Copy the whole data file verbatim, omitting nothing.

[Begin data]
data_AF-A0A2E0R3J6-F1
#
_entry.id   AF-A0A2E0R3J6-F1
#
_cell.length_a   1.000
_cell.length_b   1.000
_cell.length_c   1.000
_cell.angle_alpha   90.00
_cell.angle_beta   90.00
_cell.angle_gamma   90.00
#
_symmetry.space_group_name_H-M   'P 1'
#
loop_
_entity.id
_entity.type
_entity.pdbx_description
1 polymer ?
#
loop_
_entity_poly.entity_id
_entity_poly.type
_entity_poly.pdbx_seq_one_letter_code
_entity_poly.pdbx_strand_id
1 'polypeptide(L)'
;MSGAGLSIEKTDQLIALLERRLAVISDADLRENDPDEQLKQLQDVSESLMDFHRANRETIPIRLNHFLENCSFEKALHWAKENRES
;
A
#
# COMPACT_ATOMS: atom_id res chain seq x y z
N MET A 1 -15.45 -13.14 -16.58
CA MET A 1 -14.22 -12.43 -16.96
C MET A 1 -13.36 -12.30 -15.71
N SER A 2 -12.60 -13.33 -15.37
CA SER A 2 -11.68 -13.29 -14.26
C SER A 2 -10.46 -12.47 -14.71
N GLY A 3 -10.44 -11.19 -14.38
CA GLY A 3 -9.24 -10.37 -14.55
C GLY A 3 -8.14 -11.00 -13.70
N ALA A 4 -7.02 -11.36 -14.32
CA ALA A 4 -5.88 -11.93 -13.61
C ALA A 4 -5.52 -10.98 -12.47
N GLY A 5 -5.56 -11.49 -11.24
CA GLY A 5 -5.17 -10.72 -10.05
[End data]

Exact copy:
data_AF-A0A2E0R3J6-F1
#
_entry.id   AF-A0A2E0R3J6-F1
#
_cell.length_a   1.000
_cell.length_b   1.000
_cell.length_c   1.000
_cell.angle_alpha   90.00
_cell.angle_beta   90.00
_cell.angle_gamma   90.00
#
_symmetry.space_group_name_H-M   'P 1'
#
loop_
_entity.id
_entity.type
_entity.pdbx_description
1 polymer ?
#
loop_
_entity_poly.entity_id
_entity_poly.type
_entity_poly.pdbx_seq_one_letter_code
_entity_poly.pdbx_strand_id
1 'polypeptide(L)'
;MSGAGLSIEKTDQLIALLERRLAVISDADLRENDPDEQLKQLQDVSESLMDFHRANRETIPIRLNHFLENCSFEKALHWAKENRES
;
A
#
# COMPACT_ATOMS: atom_id res chain seq x y z
N MET A 1 -15.45 -13.14 -16.58
CA MET A 1 -14.22 -12.43 -16.96
C MET A 1 -13.36 -12.30 -15.71
N SER A 2 -12.60 -13.33 -15.37
CA SER A 2 -11.68 -13.29 -14.26
C SER A 2 -10.46 -12.47 -14.71
N GLY A 3 -10.44 -11.19 -14.38
CA GLY A 3 -9.24 -10.37 -14.55
C GLY A 3 -8.14 -11.00 -13.70
N ALA A 4 -7.02 -11.36 -14.32
CA ALA A 4 -5.88 -11.93 -13.61
C ALA A 4 -5.52 -10.98 -12.47
N GLY A 5 -5.56 -11.49 -11.24
CA GLY A 5 -5.17 -10.72 -10.05